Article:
How To Avoid Trailer Sway
WRITTEN BY: DAVID WILSON
What is trailer sway?
Also called ‘fishtailing’, trailer sway happens when your van or trailer swings from side to side. Any trailer towed with a hitch set behind the rear axle of the tow vehicle can be susceptible. Very dangerous, it’s more than capable of taking you off the road.
Good news: it’s largely avoidable
Environmental factors can contribute to the sway, such as a day of high side winds, where the buffeting gets a rhythm going and you become an unwilling dance partner. At other times, it’s an inexperienced driver dropping the verge-side wheels onto the dirt, then over-correcting. Too often, though, it’s due to overloading or poor weight placement coupled with under or over-inflation of your tyres. You can nip this in the bud.
Know your numbers
Isuzu designs its vehicles with a maximum payload in mind that is then combined with the weight of your van or trailer. This is called GCM, or gross combination mass. On a D-MAX or an MU-X that’s very nearly six tonnes of tow vehicle, trailer or van and everything else you’ve packed in. One of the biggest mistakes folk make is buying the biggest caravan they can get—you know, the tandem off-road kind that makes their tow vehicle look like a toy. The van is already near the maximum tow weight—maybe three tonnes—but then they load up with a bull bar, long-range fuel tank, tinny, fridge and more. Add passengers and the effect of towball downforce, and you’ve bumped up against the Gross Vehicle Mass (GVM) of the 4WD. With the suspension and tyres approaching their limits too, warning bells should now be ringing loudly! Visit a public weighbridge in this instance to get your figures straight.
“ENVIRONMENTAL FACTORS CAN CONTRIBUTE, SUCH AS A DAY OF HIGH SIDE WINDS, WHERE THE BUFFETING GETS A RHYTHM GOING AND YOU BECOME AN UNWILLING DANCE PARTNER.”
Now you’re balanced
So you’re under the GCM threshold and you’ve set your tyre pressure to what’s recommended for a big load. You’ll have the optimum balance going provided the towball downforce* is within spec (that’s 350kg max for D-MAX and 300kg max with MU-X) and the rear tyres aren’t overloaded. Don’t try to balance out excessive downforce using weight distribution hitches or airbags— weight is the enemy—and be sure you’ve followed the maximum load/pressure requirements, which your caravan manufacturer will prescribe. This will be based on a load carried per tyre; pressure and load are intrinsically linked.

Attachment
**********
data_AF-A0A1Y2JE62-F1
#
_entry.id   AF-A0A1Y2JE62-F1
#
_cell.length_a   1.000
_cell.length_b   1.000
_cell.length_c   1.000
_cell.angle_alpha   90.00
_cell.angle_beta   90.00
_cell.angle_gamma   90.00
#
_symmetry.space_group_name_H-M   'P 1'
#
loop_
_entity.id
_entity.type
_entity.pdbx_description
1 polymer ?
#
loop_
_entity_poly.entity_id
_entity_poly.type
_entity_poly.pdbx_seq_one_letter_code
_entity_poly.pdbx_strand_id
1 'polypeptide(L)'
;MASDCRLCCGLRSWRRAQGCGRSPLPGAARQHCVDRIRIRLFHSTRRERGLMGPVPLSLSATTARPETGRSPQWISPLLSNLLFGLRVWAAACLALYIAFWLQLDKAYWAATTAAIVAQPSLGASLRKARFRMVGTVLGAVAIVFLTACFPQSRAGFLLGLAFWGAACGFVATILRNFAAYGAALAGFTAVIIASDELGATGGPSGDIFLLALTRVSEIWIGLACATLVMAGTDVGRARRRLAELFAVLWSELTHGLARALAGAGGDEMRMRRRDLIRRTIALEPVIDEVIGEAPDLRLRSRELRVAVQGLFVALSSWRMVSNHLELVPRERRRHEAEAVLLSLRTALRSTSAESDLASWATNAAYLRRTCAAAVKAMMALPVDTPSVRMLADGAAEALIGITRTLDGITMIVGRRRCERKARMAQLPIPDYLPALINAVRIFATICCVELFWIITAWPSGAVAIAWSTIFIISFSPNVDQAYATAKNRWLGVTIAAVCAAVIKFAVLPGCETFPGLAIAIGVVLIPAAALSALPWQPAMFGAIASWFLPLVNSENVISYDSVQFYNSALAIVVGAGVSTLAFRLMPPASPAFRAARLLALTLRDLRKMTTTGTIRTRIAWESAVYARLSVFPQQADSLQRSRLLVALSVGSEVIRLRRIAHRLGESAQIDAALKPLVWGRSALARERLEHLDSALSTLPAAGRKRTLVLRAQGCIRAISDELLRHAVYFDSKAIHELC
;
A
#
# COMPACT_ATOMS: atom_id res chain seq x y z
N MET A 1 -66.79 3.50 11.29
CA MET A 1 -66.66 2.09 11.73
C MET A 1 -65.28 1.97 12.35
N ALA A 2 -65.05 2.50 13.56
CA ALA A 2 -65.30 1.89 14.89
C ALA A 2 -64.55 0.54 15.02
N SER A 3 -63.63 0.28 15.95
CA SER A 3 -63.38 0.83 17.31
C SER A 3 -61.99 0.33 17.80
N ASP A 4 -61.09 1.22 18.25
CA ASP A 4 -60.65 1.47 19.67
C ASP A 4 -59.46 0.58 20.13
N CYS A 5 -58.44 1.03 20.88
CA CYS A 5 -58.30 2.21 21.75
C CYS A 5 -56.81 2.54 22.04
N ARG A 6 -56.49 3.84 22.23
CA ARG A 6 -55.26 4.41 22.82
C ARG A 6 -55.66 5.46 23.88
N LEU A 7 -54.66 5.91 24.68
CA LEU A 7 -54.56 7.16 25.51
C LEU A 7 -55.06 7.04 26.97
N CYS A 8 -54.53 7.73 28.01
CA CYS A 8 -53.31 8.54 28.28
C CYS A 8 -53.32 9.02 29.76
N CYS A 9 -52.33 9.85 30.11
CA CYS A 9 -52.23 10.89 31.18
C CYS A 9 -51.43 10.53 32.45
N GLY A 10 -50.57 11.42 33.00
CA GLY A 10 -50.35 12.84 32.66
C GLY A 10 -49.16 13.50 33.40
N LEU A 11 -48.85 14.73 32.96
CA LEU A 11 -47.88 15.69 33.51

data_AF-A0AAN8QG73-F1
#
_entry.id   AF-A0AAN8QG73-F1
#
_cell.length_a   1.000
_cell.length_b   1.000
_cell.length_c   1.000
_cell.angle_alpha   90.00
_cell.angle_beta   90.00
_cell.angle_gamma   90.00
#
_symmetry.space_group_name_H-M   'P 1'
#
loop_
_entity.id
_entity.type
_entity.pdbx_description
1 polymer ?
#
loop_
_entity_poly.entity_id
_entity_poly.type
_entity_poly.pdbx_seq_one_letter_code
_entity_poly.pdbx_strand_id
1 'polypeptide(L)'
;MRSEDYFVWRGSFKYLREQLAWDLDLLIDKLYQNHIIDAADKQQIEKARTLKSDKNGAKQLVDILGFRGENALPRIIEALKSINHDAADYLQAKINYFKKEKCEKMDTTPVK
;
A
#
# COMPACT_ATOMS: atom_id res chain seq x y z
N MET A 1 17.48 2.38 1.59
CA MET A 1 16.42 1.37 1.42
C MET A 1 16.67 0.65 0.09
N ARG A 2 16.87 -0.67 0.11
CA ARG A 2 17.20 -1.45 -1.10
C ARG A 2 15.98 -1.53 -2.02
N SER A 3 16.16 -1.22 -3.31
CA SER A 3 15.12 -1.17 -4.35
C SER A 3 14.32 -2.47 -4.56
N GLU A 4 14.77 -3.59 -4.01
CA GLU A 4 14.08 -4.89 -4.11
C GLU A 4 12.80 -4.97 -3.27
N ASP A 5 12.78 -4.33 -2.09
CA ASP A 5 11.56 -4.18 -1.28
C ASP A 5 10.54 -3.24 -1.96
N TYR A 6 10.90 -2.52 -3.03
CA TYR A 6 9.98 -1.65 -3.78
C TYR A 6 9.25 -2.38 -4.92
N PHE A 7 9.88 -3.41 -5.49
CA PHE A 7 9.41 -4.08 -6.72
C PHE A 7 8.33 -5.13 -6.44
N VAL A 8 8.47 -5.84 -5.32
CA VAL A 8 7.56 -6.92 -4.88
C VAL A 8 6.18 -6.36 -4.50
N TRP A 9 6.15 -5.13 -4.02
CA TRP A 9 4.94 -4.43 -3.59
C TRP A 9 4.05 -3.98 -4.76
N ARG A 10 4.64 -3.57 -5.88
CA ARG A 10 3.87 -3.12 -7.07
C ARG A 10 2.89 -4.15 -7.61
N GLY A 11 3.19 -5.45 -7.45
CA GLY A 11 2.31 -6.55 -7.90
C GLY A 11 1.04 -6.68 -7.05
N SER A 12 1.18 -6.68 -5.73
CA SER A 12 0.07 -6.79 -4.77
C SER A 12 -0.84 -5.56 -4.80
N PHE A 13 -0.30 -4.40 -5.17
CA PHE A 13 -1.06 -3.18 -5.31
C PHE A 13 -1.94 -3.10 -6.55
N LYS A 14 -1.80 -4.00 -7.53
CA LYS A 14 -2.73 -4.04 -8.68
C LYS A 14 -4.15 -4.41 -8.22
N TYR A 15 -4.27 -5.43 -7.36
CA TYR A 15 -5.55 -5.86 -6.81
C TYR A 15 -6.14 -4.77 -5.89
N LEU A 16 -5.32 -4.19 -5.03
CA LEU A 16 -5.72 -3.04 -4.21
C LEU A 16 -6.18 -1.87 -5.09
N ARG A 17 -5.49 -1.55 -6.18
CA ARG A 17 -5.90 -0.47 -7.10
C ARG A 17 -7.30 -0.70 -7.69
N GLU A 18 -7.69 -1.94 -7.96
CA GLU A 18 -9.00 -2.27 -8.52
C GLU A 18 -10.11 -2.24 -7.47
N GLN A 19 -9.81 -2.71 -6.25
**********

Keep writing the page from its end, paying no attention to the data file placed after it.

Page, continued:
*When using a Genuine Isuzu UTE tow kit
Beware the B-double
Watch out for that oncoming semi as you’re punching 100km/h up the highway. As you pass with a combined speed of 200km/h, the moment results in a low pressure event that draws vehicles together. There’ll be some instability, horrifyingly, so if your sums were wrong the tail may wag.
Them’s the (electric) brakes
If you have an electric brake controller, you’ll know that there’s a button or slide control that in this instance can be applied to activate the trailer’s brakes only. In effect, this ‘stretches’ the tow combo back to a safe straight line—but you might not think of this in the heat of that moment. That ‘stretch’ moment is important. When you’re driving and your foot is on the accelerator, it has an effect similar to ‘stretching’ the vehicles. Going downhill on a trailing accelerator unloads the vehicles and can have an unwanted effect in inducing sway. In a modern vehicle, dynamic electronics are ready to pounce on a situation when this occurs. ESC or Electronic Stability Control is one of them, detecting ‘yaw’ moments (that’s the sway) and offering up corrective brake inputs irrespective of what you’re doing. Some caravan makers now have ESC installed on their vans for the very same reason.
Can you steer your way out of it? Maybe—just don’t panic.
If you catch trailer sway early enough a gentle initial application of the brake, with progressive intensity coupled to a similarly gentle corrective steering input, will likely save the day. On the other hand, I know of worst-case situations in which drivers have panicked, using big corrective steering inputs and smashing the brake pedal, resulting in a nasty jackknife or rollover. The main thing to remember is that that no two situations will ever be alike, so be prepared, know your load ratings and keep in mind that it’s always better to be safe than sorry. Touring Australia with a van, trailer or boat on the back is an institution that’s guaranteed fun—no matter your age. Make sure you do it safely and you’ll be lapping the world’s best continent for years to come.